When we first start coming up with story ideas, we often want to remain as open-minded as possible. The craziest brainstorming can result in the most unique stories. *grin*
But at some point, we have to take those various thoughts for our story and assemble them into ideas that we can actually make work. Depending on where we fall on the pantser (those who write by the seat of their pants) to plotter spectrum, that assembly and planning step might be as detailed as a scene-by-scene outline or as vague as a notion of the type of story we want to tell.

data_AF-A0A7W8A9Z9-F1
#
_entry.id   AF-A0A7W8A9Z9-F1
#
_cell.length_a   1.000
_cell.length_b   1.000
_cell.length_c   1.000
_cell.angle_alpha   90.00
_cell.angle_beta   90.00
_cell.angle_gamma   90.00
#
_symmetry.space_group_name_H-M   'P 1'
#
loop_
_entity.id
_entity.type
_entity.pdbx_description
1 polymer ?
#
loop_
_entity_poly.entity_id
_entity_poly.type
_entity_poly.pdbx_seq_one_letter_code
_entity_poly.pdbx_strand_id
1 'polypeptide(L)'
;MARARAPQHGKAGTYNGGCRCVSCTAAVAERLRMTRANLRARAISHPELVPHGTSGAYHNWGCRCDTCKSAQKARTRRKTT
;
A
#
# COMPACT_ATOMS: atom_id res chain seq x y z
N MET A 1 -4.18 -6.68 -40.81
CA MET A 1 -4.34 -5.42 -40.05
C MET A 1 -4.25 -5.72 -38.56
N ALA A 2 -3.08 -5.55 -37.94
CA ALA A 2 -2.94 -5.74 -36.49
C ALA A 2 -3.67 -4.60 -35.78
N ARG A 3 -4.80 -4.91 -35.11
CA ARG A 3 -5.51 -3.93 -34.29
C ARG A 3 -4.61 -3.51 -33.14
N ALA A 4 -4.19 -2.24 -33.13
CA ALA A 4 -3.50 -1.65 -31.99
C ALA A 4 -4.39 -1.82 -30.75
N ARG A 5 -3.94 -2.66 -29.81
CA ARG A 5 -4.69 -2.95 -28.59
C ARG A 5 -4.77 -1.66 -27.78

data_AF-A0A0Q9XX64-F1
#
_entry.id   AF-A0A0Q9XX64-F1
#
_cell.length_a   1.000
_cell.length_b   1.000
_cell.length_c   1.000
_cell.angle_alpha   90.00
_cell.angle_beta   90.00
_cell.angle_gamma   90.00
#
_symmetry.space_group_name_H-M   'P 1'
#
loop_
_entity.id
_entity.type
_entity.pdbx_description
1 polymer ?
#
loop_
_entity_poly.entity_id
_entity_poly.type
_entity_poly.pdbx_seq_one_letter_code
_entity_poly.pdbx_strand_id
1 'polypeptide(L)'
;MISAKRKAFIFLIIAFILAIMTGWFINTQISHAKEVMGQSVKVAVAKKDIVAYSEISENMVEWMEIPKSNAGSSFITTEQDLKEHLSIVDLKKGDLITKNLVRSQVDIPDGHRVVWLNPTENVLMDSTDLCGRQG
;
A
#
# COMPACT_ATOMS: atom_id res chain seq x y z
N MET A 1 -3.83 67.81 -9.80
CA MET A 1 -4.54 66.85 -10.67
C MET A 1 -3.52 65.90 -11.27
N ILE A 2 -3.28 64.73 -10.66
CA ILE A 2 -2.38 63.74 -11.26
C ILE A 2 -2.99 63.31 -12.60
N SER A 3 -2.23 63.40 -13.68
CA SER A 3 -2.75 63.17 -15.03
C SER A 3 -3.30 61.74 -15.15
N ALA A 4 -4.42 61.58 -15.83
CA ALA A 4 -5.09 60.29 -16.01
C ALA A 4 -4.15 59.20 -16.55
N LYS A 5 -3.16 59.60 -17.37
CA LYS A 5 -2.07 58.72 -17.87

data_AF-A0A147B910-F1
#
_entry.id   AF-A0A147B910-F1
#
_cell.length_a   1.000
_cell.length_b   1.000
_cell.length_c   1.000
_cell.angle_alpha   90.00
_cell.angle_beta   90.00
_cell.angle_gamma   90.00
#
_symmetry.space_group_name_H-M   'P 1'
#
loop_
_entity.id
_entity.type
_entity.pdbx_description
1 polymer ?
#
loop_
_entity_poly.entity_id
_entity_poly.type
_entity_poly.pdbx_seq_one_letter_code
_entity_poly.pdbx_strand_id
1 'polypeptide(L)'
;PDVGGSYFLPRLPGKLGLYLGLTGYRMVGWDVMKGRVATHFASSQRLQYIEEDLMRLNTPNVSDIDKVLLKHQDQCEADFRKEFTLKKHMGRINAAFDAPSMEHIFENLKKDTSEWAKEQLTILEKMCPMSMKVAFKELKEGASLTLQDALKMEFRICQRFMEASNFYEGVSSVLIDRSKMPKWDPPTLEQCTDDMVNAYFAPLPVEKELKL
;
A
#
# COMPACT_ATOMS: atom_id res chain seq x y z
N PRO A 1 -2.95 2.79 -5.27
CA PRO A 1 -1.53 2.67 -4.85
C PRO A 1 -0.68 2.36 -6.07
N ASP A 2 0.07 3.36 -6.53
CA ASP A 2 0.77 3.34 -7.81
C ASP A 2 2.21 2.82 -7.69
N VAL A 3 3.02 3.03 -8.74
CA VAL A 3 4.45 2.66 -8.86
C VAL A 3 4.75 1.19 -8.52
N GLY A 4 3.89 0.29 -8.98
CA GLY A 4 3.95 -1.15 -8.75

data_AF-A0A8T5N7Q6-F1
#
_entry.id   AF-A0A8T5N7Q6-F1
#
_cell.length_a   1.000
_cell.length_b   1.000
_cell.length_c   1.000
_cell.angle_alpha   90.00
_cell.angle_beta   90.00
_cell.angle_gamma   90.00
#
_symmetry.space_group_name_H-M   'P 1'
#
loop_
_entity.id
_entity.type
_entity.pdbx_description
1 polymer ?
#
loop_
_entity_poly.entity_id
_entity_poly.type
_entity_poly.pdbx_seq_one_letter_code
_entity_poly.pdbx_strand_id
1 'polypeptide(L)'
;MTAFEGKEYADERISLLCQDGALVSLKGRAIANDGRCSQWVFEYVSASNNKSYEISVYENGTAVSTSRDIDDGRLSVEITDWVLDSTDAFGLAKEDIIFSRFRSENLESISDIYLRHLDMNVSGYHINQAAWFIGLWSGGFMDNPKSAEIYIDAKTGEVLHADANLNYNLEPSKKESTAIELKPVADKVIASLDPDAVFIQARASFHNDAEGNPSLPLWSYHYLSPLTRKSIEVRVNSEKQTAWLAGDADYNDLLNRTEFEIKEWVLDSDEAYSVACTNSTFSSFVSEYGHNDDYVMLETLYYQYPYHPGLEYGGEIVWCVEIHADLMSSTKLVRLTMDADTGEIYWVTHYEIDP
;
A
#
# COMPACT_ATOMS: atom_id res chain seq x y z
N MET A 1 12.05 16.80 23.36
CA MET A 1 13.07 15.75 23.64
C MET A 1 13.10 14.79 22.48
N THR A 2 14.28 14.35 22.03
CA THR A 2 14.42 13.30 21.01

Either way, this point in our writing process is the perfect time to avoid major storytelling issues down the line. No one wants to finish drafting a story and discover that a character aspect or plot point that the whole story hinges on needs a major rewrite to fix.
It’s far better to proactively be aware of potential major story issues before we get too invested in words that will need to be cut. And that means we might want to include a step in our writing process to question what story issues we might run into before we write too many words.